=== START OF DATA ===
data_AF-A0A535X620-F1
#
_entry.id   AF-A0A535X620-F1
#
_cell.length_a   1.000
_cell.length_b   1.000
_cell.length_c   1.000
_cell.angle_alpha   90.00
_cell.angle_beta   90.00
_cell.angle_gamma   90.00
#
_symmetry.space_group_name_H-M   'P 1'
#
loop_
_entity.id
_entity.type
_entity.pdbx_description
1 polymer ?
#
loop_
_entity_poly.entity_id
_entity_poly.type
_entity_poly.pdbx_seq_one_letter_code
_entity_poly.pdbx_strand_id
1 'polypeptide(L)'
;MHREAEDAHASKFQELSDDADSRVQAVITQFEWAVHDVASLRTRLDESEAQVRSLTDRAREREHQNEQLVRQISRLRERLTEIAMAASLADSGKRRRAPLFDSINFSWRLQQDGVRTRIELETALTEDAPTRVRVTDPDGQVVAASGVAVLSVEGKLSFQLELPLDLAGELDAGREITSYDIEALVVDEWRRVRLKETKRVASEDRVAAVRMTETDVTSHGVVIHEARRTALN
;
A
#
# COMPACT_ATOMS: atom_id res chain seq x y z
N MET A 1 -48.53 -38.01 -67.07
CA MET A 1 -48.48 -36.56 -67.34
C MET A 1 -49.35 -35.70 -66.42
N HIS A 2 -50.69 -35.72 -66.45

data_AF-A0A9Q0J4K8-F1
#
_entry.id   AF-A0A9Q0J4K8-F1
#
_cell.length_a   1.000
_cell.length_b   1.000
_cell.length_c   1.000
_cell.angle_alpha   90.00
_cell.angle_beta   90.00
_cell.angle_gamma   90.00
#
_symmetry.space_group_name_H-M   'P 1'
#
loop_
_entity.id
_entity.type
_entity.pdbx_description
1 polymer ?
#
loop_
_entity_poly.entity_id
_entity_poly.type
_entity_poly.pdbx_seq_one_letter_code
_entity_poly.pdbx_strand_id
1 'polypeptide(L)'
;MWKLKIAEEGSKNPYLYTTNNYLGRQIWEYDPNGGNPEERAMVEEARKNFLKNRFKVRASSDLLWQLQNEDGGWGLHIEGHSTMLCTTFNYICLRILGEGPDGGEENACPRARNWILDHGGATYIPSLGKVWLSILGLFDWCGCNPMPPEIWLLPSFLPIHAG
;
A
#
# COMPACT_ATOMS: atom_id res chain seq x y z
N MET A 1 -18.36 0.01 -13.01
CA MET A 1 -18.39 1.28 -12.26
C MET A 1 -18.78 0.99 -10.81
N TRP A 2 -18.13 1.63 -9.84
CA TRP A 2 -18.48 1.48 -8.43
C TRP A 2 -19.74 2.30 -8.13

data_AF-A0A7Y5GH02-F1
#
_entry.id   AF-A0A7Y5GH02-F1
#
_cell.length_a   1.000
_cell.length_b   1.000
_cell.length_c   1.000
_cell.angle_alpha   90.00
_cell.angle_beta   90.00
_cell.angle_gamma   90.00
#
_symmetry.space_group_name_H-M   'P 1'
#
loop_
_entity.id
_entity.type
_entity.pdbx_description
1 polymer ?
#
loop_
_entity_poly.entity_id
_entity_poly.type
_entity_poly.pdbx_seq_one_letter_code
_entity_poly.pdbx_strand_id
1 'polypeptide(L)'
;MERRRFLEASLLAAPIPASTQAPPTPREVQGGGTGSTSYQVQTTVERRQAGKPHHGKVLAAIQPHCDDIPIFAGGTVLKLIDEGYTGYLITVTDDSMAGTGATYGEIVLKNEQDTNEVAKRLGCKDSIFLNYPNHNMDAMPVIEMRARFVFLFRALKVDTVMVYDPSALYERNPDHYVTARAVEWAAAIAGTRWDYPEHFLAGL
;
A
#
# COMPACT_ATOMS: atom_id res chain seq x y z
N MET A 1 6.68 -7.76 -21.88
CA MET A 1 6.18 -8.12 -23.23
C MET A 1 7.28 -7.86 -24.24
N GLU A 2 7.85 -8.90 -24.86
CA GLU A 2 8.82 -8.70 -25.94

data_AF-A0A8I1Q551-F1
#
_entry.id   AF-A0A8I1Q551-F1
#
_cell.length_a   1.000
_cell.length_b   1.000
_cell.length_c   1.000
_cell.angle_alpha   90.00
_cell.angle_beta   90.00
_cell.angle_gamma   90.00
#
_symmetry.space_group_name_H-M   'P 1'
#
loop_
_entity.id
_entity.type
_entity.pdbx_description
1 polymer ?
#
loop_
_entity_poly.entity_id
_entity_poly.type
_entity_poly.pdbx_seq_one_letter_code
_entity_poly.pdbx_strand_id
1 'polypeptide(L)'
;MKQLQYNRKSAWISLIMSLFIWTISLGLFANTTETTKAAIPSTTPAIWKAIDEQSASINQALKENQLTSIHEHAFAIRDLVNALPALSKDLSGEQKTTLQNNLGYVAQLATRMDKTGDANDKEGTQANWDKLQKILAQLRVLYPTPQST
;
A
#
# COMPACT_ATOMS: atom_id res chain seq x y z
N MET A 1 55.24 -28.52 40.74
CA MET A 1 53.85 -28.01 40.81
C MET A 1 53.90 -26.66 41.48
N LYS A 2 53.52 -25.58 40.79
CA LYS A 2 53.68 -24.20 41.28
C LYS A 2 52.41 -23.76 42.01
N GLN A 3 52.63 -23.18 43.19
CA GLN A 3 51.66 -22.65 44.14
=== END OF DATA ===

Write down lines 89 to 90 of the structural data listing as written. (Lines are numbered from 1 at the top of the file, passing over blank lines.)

#
loop_